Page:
Beer history marketing

‘Saucy’ Beer Names

Saucy beer names — Dirty Tackle, Piddle Slasher, Old Slapper — are a bit of fun to some, off-putting to others, and either way are another battleground for debates over ‘political correctness’, censorship, good taste and sexism.

We’ve been keeping notes for years, now, trying to work out how they came to be so common in British brewing in particular.

(Though America also has them (Old Leghumper) as does Belgium (Mad Bitch) and they also seem to crop up elsewhere on occasion.)

To have saucy beer names, you need to have beer names — that is, other than in this format:

The 1966 Brewery Manual contains a reference list of trademarked brand names. It’s not comprehensive, Ron Pattinson tells us, but it’s still a good starting point: of the 650 or so provided none are outright filthy and only about ten provide anything for a bar-room wag to get a snigger out of with enough mugging and winking, e.g. Big Horn, Cock o’ the North, ‘I’ll take a Mild Maid please!’ (And it had apparently not even occurred to anyone that there was fun to be had with ‘Blonde’ — no beers are listed.)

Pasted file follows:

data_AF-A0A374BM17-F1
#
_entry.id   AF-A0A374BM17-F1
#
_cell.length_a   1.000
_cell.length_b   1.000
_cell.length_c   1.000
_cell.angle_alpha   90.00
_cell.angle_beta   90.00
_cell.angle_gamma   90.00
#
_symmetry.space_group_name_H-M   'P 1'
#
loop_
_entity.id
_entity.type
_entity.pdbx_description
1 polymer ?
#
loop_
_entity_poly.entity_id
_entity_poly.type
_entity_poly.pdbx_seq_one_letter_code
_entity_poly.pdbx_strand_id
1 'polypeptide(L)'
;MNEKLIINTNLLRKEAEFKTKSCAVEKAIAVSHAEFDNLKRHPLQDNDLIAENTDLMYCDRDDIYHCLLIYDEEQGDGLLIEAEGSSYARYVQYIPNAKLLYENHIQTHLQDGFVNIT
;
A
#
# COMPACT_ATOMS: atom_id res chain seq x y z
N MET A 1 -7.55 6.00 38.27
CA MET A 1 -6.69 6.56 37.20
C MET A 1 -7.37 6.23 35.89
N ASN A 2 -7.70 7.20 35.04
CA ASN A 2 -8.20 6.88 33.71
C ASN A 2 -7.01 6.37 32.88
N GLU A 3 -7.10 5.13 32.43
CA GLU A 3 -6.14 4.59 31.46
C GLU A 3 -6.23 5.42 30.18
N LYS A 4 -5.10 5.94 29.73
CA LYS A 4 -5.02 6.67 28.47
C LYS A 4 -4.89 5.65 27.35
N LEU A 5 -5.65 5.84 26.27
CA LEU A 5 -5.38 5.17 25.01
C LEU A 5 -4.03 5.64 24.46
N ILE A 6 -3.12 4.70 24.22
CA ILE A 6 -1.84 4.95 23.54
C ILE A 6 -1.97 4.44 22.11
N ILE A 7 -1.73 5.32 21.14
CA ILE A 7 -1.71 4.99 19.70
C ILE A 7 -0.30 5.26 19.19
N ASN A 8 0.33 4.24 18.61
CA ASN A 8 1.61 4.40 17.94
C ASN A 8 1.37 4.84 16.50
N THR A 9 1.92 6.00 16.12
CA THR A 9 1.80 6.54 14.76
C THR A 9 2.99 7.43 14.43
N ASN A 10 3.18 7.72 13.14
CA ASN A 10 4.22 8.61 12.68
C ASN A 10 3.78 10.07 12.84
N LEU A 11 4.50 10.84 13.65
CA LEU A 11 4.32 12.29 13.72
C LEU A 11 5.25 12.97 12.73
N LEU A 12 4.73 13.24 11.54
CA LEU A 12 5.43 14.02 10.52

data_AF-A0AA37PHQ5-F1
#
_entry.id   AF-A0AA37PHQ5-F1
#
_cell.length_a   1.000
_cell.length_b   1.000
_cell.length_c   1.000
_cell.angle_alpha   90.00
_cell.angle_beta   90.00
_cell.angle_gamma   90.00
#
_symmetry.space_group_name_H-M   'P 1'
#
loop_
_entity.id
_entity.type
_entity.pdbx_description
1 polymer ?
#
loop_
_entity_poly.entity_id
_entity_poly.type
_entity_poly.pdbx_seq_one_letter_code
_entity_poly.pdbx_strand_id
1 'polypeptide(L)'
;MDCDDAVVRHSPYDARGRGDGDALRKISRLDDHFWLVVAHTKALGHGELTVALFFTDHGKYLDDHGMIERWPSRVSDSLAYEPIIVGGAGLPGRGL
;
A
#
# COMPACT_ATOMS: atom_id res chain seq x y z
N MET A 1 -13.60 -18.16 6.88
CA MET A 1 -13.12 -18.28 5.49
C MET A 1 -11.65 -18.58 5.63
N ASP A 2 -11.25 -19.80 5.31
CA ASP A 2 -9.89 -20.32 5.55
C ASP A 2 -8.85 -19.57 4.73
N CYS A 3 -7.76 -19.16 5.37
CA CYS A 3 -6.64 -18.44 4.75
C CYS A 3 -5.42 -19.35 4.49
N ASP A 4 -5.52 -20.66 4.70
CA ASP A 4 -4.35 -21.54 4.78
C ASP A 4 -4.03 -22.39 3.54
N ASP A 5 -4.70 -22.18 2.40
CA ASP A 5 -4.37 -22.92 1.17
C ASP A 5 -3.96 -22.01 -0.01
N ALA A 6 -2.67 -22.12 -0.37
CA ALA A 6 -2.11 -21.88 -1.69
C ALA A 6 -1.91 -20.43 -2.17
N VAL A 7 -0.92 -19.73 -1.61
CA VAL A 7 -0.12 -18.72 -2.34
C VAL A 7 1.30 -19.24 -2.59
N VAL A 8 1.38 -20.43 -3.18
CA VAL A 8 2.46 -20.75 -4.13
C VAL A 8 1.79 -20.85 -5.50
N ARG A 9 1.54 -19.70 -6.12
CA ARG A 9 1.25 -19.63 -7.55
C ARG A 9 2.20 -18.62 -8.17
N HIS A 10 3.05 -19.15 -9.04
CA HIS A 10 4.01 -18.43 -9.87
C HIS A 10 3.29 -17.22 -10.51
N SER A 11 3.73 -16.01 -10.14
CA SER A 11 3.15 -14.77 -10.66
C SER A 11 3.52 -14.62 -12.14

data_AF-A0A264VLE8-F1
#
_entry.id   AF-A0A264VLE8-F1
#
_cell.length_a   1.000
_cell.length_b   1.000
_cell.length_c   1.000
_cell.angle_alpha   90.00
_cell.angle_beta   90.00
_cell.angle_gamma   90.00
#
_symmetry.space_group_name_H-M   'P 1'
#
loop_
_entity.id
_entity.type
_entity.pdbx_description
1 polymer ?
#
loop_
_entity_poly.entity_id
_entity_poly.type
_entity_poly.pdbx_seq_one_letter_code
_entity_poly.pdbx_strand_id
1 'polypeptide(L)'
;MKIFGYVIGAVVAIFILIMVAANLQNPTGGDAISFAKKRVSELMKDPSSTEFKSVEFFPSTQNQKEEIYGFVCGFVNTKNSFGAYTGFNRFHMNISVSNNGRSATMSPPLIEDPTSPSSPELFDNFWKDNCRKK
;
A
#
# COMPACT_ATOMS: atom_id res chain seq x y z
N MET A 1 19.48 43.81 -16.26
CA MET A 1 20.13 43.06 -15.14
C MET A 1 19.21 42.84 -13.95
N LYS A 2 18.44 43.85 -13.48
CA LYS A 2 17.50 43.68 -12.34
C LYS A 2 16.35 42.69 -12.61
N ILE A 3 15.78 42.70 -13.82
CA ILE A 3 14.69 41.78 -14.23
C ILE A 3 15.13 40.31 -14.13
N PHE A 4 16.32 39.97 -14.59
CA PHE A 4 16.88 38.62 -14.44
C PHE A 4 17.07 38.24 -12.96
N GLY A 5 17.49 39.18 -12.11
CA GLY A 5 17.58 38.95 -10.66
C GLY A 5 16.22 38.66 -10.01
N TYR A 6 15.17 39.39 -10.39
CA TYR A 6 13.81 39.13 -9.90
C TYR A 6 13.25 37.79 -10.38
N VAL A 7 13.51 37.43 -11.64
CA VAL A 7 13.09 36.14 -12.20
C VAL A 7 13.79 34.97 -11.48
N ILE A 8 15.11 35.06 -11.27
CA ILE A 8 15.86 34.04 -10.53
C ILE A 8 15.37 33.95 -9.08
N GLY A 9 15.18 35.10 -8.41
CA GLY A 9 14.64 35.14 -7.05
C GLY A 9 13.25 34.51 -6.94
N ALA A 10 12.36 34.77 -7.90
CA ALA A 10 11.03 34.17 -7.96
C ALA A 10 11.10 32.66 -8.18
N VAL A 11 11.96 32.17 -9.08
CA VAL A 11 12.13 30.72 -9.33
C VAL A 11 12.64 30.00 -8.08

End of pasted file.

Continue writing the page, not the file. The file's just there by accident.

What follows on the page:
Beer history Brew Britannia

The Return of Dogbolter

What's Brewing magazine, Winter 1980/81, featuring David Bruce.

When we interviewed David ‘Firkin’ Bruce last summer, he told us about his new role as Chairman of the West Berkshire Brewery.

Last week, that rather belatedly triggered an idea: maybe, with a brewery at hand, he might be convinced, for the first time since the 1980s, to personally brew a beer to an original Firkin recipe.

He responded enthusiastically to the idea and is going to dig out his original 1979 recipe for the famous Dogbolter (all grain, no malt extract) and recreate it in the brewhouse at WBB.

It should be available on draught in time for the launch of Brew Britannia in June. There will also be a nationally-marketed bottled version available at some point afterwards.

UPDATE 23/04/2014: David Bruce says —